Category Archives: Sharing An Apartment

Sharing an Apartment: Effective Ways to Handle Conflicts

When you share an apartment there are many things to consider. We’ve gone over Roommate Agreements, the pros and cons of having a roommate, and also how to interview a new roommate. Now it’s time to look at ways to make sharing an apartment a successful endeavor.

Look at this scenario. You’ve moved into your new Bethlehem apartment and you interviewed and found the perfect roommate. She’s a great person with similar interests, very honest, comes from a nice family, likes to watch Mad Men with you, and has a cat that you actually like.  She plays the violin and doesn’t practice at midnight but only during the times the two of you have agreed upon. You and your roommate have been equally sharing the expenses for your new Bethlehem apartment and everything seems to be going fine.

But the inevitable has happened. You are in the midst of a disagreement, you are not completely sure what’s wrong, and your roommate has stopped talking to you. She slams her door often, and she won’t let her cat out of her room, so the poor thing is meowing a lot, and this bothers you as well. You are late for work. You don’t have time for this drama. You leave all the dishes unwashed even though it’s your turn to do them, and you purposely used your roommate’s expensive shampoo this morning, a big handful, just to annoy her. At this rate, you know the crap will hit the fan, no doubt about it.

What to do?

The first thing to consider is that retaliation is never the answer. And neither is silence. You have to talk to your roommate and make clear what you don’t understand, what you feel, and what you need. And, you have to do this as soon as possible.

The following are some effective ways to handle a conflict.

  • First, always stay calm when confronting your roommate. Ask him or her to talk when they are ready. Speak openly and honestly and focus only on the problem that concerns you both at the present moment. Keep on this topic. Do not deviate into other things that may be bothering you. This will side-track the conversation, and hinder progress in solving your issue.
  • Ask: What can we do together to change the present situation? Be respectful of each others’ opinion and try to understand the others’ point of view.
  • Once you know what the other is thinking and what they want, avoid using attack words. Make sure both of you are on the same issue  and use positive, helpful words to explain your view.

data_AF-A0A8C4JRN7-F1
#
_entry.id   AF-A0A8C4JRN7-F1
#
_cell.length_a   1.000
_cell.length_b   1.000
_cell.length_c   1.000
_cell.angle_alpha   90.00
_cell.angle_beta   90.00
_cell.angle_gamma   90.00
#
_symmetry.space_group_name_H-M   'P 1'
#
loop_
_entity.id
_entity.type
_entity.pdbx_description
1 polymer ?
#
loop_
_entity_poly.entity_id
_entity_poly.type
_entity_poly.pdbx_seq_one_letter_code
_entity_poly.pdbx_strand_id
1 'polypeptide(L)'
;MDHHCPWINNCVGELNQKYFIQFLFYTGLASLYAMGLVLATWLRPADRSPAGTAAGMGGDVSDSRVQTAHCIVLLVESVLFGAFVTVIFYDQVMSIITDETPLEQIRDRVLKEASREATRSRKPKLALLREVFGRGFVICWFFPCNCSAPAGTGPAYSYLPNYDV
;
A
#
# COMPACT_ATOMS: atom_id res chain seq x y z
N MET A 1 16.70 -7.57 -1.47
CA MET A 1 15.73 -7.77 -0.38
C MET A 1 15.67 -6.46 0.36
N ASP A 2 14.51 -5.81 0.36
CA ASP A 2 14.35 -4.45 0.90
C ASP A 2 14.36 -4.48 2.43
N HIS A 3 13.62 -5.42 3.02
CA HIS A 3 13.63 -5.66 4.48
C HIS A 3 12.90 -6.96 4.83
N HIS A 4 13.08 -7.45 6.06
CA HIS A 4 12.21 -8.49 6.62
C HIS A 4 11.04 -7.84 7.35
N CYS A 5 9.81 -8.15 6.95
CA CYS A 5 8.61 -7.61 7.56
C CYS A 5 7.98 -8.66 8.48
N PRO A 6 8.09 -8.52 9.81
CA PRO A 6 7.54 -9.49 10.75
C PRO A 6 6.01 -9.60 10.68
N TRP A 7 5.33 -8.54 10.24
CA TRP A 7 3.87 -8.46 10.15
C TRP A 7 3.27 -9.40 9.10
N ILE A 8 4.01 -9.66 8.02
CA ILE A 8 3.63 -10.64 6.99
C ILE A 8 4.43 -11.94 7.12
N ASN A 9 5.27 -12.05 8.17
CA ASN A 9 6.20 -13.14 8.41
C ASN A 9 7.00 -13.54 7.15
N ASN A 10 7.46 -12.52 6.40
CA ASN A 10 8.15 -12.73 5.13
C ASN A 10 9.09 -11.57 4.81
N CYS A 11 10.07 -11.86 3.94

• If you just cannot see eye to eye on the issue at hand, it may be necessary to bring in a mediator.  This is a person who does not live in the apartment, and does not hold a special friendship with either of you. Consider someone who would stay neutral when hearing each point of view. An outside person perhaps can see deeper into your problem and offer suggestions to help the two of you balance out your conflict.

With thoughtfulness, honesty, and calmness, handling a conflict, though not a pleasant thing to do, can be easier and less stressful on both yourself and your roommate and make sharing an apartment a great experience.

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Sharing an Apartment: Roommate Agreements

One of the best ways to share your apartment peacefully is for you and your new roommate to put together a Roommate Agreement. This agreement can be as formal or informal as you want, as long as you both agree to the terms presented. Both parties (or more if you share your space with 2 or more people) should sign the agreement, promising to uphold the issues presented. You and your roommate should sit down and take some time to address the issues that below and write up your agreement according to the specifications of your living space, as well as your personal preferences.

In the long run having this agreement as a reminder of each of your responsibilities will ease tension when disagreements happen. All childishness and drama will be set aside, and you and your roommate will live together peacefully…and have fun too!

The following are some things to consider when forming your Roommate Agreement:

  • Expenses.  This for many is the hardest issue, but once things are made clear as to who is responsible to pay for what life together will be easier. With respect for each other decide on the rent payment division, food and grocery expenses, and any subsequent utility expenses such as electricity, garbage pick up, or parking.
  • Storage Spaces.  If your apartment, like many, is limited to closet and cabinet space, thoughtful division for personal items will be helpful. Examine all the storage areas together and agree to who will use what space. Keep the space division as equal as possible. This includes kitchen cabinets, refrigerator shelf space, bathroom cabinets, closets, and the entertainment center if you have one, and any built-in shelving.
  • Space of Apartment in General. Consider what areas of the apartment are shared, like kitchen, living room, and bathroom, and what areas are considered private space, such as your bedroom. Agree to how each of you will approach the others’ private space and adhere to this agreement.
  • Personal Items. It is most important to consider what items are to be shared and what items are to be kept for individual personal use. Decide how all food items will be shared and be respectful. If one of you has dietary issues this could be very important. Also make agreements on other personal items like shampoos, towel usage, and other grooming essentials like blow dryer use. Apply labels to items that are personal so there is no confusion.